I know it will leave the masses feeling hungry for more. I see them opening doors and opening minds to what we have going on down here. This is such an exciting time for this scene, its musicians, and for the preservation of real country music. Be it honky-tonk, a little rocked out, or good ‘ol classic country…whatever you call it, you sure can’t call it Backstreet Boys with a fiddle and steel guitar.

This is the real deal.

We all need to do our part to support these artist and get the word out. Promote them every chance you get, go to their shows, buy the albums, and tell the world! I believe that this scene can run those yankee business men out of Nashville. I think it’s time that all those Michael Bolton wanna-be’s pack their bags and leave! I’m not gonna say any names though. Well, maybe I will name some names…JIMMY WAYNE!RASCAL FLATS! You know who you are!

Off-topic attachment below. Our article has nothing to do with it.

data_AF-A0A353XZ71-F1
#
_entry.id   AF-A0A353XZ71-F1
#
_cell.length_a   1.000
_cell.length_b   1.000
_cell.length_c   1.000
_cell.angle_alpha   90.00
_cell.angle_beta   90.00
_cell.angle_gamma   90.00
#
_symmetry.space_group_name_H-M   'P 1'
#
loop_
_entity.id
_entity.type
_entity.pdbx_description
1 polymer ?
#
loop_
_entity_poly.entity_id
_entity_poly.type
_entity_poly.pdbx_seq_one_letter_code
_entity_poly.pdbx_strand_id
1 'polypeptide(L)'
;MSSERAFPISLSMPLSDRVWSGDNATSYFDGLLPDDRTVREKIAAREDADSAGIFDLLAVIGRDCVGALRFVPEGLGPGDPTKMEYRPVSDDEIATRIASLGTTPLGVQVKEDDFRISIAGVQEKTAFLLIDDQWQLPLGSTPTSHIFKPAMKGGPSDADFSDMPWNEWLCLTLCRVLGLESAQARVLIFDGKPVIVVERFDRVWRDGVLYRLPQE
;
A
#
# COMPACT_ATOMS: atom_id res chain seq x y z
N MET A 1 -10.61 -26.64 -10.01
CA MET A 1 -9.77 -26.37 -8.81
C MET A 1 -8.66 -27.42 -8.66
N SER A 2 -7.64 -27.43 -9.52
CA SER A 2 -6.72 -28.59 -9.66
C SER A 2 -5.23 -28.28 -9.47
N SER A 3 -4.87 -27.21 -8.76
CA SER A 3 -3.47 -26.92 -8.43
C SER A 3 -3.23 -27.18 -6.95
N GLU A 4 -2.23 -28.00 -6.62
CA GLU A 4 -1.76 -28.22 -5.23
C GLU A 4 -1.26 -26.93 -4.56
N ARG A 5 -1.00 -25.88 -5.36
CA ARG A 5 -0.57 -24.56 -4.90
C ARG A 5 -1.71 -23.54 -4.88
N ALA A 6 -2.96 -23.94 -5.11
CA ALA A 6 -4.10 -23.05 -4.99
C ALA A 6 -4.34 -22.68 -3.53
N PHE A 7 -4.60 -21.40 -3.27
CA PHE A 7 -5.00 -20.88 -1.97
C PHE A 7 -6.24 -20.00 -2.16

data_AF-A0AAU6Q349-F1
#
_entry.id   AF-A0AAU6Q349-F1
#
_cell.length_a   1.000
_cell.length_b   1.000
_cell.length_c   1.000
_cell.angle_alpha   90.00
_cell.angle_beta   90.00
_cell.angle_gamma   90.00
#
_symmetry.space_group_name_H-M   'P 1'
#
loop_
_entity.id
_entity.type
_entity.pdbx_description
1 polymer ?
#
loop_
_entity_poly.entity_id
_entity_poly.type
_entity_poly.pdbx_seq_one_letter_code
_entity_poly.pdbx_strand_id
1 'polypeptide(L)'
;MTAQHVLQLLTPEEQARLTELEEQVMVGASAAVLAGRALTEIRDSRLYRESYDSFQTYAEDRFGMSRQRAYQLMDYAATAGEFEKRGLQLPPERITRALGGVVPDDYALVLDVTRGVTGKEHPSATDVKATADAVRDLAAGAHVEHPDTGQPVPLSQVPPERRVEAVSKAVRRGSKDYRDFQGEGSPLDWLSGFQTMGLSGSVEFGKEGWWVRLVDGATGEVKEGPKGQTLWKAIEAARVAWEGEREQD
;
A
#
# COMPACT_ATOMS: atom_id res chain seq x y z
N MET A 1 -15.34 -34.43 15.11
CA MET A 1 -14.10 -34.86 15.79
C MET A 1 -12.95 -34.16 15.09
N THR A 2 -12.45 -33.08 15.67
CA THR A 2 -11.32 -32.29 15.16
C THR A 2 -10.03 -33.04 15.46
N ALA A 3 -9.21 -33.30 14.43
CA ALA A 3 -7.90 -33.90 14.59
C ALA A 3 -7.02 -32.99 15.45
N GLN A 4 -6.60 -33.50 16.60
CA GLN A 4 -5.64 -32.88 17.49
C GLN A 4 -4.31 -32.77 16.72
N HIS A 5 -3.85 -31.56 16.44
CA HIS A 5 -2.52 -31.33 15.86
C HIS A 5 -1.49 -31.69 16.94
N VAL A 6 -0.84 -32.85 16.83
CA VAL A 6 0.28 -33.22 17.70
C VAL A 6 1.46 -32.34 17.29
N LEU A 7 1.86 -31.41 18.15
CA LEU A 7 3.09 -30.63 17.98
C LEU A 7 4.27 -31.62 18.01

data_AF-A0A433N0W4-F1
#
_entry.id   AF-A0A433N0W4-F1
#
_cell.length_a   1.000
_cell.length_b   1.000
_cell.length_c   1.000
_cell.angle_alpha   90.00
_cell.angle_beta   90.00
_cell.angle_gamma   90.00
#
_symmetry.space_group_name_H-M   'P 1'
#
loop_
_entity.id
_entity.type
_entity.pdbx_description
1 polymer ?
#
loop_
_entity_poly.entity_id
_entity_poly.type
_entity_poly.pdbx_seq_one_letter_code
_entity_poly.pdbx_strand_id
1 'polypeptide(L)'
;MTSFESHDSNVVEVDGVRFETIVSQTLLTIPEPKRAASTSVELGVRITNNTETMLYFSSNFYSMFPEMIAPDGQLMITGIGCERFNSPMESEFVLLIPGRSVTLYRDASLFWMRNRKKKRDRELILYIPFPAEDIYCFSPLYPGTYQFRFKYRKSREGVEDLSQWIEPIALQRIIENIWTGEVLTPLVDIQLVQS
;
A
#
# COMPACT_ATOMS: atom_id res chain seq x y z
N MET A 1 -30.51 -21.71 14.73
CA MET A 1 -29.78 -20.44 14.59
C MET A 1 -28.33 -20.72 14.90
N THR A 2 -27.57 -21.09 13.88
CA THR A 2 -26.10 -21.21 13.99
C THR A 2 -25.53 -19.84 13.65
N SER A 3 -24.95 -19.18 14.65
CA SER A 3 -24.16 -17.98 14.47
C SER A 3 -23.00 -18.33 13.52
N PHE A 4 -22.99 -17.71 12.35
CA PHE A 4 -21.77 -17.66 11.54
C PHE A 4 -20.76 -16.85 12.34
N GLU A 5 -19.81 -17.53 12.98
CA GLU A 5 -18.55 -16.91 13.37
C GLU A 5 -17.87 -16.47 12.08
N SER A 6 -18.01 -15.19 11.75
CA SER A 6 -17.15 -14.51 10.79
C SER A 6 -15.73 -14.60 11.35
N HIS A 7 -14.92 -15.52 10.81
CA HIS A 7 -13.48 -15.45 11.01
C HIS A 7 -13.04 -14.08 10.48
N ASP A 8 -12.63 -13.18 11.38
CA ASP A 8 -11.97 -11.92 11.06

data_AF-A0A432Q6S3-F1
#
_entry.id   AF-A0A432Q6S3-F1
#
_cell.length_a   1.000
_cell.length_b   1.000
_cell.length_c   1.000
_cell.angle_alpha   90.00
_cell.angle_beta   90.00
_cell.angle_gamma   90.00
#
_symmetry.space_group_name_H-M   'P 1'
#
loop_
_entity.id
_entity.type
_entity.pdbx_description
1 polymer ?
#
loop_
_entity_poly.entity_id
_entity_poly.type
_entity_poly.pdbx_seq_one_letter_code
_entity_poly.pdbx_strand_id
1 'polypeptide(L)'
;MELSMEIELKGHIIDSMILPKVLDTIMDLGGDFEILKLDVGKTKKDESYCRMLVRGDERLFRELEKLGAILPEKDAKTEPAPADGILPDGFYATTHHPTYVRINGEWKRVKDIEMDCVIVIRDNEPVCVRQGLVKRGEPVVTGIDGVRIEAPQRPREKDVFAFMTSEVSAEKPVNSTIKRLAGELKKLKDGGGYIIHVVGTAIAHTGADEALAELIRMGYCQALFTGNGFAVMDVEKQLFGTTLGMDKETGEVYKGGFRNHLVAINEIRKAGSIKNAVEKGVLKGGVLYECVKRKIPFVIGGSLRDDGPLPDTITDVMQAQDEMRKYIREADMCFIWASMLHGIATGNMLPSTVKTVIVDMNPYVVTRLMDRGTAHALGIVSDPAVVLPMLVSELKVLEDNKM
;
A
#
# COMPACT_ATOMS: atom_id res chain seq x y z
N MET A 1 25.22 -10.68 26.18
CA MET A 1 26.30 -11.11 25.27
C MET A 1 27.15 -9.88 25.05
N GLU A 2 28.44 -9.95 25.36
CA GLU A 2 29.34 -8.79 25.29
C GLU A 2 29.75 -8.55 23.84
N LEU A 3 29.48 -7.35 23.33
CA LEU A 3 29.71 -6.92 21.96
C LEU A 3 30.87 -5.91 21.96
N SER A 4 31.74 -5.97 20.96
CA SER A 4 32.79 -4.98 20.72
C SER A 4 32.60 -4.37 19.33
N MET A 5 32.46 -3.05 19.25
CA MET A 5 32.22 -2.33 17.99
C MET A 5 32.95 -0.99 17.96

Please get the hell out of the way. There’s a new wave of realness coming back in, and don’t let the door hit you on the way out. Your days of giving country music a bad name are over, and these boys and girls down here are gonna see to that.

So here I am, many moons later and about 500 albums deeper into what real country music is. I may not ever be a great guitar player, and my voice will never be good enough to be heard alone. But it will be heard in the choir, and I am making a career out of that. Be it promotions, management, booking…it will be in the name of taking back our genre.

This is the path I have chosen, and it will be a long ride, but I have my eyes on the prize.

I want my kids to grow up in a world where they never have to say, “Man, they just don’t make music like they used to.”

Because good music is not dead, it’s just lost. It’s been hidden beneath the greed and commerce pumped over the airways.

I will do my part to put it back where it belongs, for all to enjoy.

Will you?

Brad Beheler

Raised in Waco, refined in the Hill Country, escaped from DFW. I've worked in just about every facet of the music business for 20 years. I like to write about it all. e-mail Brad Editor-in-Chief

4 thoughts on “42 Miles to Destiny